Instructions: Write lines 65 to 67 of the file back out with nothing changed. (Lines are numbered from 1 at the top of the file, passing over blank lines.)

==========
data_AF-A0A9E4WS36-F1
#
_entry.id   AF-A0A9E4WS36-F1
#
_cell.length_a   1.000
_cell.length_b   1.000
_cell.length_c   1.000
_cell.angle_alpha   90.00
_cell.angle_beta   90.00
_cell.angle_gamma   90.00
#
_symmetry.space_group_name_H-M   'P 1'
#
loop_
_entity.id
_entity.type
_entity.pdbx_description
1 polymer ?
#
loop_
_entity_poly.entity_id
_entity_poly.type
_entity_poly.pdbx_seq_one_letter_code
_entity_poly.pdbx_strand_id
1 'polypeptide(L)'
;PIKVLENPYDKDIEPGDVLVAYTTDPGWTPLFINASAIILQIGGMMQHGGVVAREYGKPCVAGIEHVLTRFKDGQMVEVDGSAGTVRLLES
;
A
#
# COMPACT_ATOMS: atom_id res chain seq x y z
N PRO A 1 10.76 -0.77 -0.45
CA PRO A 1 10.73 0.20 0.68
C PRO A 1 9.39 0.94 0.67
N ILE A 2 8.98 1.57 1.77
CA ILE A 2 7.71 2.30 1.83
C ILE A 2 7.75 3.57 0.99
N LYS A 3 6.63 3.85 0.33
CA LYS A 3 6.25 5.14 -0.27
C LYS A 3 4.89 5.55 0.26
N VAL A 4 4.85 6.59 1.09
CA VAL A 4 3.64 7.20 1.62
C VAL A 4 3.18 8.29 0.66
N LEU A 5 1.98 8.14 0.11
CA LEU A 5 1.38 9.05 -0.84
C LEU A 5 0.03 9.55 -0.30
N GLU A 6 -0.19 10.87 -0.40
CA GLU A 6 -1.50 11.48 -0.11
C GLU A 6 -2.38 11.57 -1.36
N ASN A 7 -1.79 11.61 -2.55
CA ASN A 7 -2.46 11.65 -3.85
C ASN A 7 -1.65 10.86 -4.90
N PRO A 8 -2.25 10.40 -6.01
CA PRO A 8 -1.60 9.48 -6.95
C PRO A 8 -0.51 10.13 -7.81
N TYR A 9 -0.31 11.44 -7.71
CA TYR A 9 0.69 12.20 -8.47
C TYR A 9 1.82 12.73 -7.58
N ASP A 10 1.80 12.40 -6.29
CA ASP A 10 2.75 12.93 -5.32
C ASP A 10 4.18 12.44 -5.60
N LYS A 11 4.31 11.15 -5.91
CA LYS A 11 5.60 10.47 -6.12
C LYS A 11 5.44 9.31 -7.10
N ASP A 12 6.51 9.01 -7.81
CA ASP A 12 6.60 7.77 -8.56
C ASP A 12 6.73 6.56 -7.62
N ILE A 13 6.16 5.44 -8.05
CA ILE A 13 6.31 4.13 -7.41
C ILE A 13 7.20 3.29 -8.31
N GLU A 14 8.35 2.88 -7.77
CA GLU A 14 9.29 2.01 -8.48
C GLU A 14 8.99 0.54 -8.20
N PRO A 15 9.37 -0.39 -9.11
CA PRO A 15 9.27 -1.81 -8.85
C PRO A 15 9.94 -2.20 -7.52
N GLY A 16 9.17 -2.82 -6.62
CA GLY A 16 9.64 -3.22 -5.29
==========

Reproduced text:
CA ASP A 12 6.60 7.77 -8.56
C ASP A 12 6.73 6.56 -7.62
N ILE A 13 6.16 5.44 -8.05